He recalled that the day before, the Gospel presented the story of the leper who said to Jesus: “if you will, you can make me clean”. The Pontiff paused to ponder other “determined” and “courageous” figures who were inspired by faith. He resumed with the passage from Mark (2:1-12), returning to the episode of the paralytic whose friends carried him to Jesus who, “as usual, is in the midst of the people, many people”. The friends tried everything to get the sick man close to Jesus, “but they did not consider the risks” that arose from “taking that pallet up to the roof” or of the risk that “the owner of the house would call the police and they would be put in jail”. Indeed, they “thought only about getting close to Jesus. They had faith”.
This faith, the Pope said, is the same as that “of the woman who, also in the middle of the crowd, as Jesus was going to the home of Jairus, managed to touch the hem of Jesus’ garment, Jesus’ cloak, in order to be healed”. It is the same as the “faith of the centurion who said: ‘No, no Master, do not trouble yourself, but say the word, and let my servant be healed”. It is a faith that is “strong, courageous, that goes forth” with an “open heart”.
At this point however, Francis emphasized, “Jesus takes a step forward”. To explain, the Pontiff recalled another episode of the Gospel in which Jesus, “in Nazareth, at the start of his ministry, had gone to the synagogue and said that he had been sent to free the oppressed, the imprisoned, to give sight to the blind… inaugurating a year of grace, in other words a year — in can be understood — of forgiveness, of drawing closer to the Lord”. However, he pointed to a new path, “a path to God”. The same thing happens with the paralytic, to whom he does not simply say: “Be healed”, but: “your sins are forgiven”.
With this innovation, the Pope said, Jesus triggered the reactions “of those whose hearts were closed”. They had “already accepted, to a certain point, that Jesus was a healer”; but that he also pardoned sinners — this was “too much” for them. They were thinking: “He has no right to say this, because God alone can forgive sins”.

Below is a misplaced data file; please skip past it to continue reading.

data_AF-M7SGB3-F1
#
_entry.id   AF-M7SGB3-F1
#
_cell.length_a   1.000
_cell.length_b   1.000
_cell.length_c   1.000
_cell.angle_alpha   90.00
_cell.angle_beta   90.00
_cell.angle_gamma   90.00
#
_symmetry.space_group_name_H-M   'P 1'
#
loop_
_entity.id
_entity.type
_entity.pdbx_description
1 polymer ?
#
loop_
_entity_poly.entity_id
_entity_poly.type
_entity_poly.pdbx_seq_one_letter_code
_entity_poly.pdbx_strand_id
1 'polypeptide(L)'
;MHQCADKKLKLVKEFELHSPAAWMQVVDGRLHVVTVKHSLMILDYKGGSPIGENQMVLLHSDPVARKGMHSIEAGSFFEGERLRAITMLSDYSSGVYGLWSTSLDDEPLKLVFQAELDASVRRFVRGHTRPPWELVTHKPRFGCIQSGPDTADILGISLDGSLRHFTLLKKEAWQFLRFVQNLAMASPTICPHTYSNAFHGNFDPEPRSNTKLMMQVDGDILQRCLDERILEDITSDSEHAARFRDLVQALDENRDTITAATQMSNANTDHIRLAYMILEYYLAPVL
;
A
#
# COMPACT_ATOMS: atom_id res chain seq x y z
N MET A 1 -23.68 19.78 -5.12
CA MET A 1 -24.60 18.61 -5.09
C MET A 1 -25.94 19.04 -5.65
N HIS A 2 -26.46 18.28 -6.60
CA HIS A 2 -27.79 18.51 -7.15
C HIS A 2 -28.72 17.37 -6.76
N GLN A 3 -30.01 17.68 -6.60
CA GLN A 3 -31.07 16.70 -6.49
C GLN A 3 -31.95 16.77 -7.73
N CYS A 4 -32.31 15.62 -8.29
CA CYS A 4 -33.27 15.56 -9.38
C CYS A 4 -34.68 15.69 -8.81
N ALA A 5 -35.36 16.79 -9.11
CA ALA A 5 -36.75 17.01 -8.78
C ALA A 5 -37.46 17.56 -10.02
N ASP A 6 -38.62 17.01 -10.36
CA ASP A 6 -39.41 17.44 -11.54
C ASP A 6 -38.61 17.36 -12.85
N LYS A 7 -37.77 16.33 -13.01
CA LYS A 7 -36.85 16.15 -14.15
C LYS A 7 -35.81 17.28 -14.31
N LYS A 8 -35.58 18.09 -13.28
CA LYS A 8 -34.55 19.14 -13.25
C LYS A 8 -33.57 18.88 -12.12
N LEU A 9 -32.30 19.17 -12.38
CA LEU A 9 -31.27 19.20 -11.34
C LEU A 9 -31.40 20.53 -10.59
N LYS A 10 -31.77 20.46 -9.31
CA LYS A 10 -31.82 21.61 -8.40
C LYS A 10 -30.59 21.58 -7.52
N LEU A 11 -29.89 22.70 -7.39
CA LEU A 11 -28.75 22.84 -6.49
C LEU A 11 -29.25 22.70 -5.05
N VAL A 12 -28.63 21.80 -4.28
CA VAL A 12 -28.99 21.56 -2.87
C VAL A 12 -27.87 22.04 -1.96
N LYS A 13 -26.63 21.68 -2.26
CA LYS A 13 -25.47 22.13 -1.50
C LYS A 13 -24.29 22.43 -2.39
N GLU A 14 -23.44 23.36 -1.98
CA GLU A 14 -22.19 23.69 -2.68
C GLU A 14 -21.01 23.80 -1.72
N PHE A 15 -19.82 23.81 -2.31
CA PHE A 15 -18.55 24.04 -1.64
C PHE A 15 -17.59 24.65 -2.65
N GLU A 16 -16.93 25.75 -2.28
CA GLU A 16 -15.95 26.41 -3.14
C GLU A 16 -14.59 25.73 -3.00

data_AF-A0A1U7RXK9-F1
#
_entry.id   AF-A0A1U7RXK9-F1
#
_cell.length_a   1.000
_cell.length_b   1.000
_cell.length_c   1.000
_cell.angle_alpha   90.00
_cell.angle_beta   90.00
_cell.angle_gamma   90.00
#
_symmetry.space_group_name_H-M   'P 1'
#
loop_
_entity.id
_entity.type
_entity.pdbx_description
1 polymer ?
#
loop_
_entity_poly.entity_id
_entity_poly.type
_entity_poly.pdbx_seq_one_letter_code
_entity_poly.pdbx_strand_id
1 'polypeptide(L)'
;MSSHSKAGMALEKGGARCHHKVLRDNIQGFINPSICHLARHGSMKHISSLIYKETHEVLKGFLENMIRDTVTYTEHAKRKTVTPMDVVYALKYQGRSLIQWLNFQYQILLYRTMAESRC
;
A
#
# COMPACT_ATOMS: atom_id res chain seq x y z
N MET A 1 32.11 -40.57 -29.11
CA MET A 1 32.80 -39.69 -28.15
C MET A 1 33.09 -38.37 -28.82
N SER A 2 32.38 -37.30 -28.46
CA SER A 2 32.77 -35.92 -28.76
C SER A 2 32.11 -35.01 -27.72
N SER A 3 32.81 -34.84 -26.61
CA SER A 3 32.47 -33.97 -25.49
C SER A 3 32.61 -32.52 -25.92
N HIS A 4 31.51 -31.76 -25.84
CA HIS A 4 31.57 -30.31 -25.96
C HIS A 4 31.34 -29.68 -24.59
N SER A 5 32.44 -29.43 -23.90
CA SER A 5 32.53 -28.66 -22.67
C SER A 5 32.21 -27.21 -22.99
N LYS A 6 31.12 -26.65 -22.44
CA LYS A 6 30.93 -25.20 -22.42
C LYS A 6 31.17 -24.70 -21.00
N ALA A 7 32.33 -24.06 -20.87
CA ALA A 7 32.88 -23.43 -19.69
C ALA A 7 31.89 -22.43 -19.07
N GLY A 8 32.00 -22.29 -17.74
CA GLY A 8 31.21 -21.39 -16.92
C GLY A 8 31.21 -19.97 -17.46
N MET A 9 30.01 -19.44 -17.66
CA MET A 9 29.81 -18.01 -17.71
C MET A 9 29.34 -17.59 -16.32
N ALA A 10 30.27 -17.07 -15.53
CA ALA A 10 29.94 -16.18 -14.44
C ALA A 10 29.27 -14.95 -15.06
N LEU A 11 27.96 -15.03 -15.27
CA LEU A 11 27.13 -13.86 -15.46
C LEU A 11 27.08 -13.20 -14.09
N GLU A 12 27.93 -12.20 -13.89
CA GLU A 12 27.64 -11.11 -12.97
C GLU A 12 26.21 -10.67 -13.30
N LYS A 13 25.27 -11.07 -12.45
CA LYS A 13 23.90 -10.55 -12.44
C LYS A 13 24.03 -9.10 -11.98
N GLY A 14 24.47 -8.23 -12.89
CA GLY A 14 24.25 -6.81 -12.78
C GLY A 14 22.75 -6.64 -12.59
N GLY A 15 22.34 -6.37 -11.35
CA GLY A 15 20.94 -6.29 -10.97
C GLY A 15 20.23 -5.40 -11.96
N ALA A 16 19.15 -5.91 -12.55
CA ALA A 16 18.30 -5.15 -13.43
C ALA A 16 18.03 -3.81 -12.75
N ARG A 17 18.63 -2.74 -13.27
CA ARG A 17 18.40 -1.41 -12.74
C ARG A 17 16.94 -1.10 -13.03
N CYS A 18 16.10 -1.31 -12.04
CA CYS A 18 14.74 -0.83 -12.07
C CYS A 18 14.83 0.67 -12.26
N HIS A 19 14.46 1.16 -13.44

Jesus persisted: “Why do you think such things? Because you know that the Son of Man has power” — and here, Francis explained, is “the step forward — forgiving sins. Arise, take up and be healed”. Jesus begins to speak using language “which at a certain point discourages people”. It is a harsh language, with which “he speaks of eating his body as a way to salvation”. In other words, he begins to “reveal himself as God”, which he will clearly do before the high priest, saying: “I am the Son of God”.
It is a step forward that should also be proposed to Christian faithful. Each of of us, indeed, can have faith in “Christ the Son of God, sent by the Father to save us: yes, to save us from sickness”, and there are “many good things that the Lord has done and helps us to do”; but more importantly we must have faith that he came to “save us from our sins, to save us and lead us to the Father”. This, Pope Francis said, is “the most difficult point to understand”. Not only for the scribes, who said: “It is blasphemy! Who can forgive sins by God alone?”. Several of the disciples, in fact, “doubt and leave” when Jesus shows himself as having “a greater mission than that of man, to give that forgiveness, to give life, to recreate humanity”. So much so that Jesus “must ask his little group: “Do you also want to leave?”.
The Pontiff drew on Jesus’ question in order to invite each of us to ask ourselves: “How is my faith in Jesus Christ? Do I believe that Jesus Christ is God, that he is the Son of God? Does this faith change my life? Does it lead my heart to renew itself in this year of grace, this year of forgiveness, this year of drawing closer to the Lord?”.
It is an invitation to discover the quality of faith, knowing that it “is a gift. No one ‘earns’ faith. No one can buy it”. Therefore, the Pontiff feels it is important to ask: “Does “my” faith in Jesus Christ, lead me to humiliation? I’m not saying to humility. To humiliation, to repentance, to prayer, to ask: ‘Forgive me, Lord’” and to say “You are God. You ‘can’ forgive my sins”.
Then came the concluding prayer: “May the Lord make us grow in faith” so that we may be like those who, having heard Jesus and seen his works “were astonished and praised God”. In fact praise is “the proof that I believe that Jesus Christ is God in my life, that he was sent to me in order ‘to forgive me’”. And praise, the Pontiff added, “is free. It is a sentiment the Holy Spirit gives and it leads you to say: ‘You are the One God”.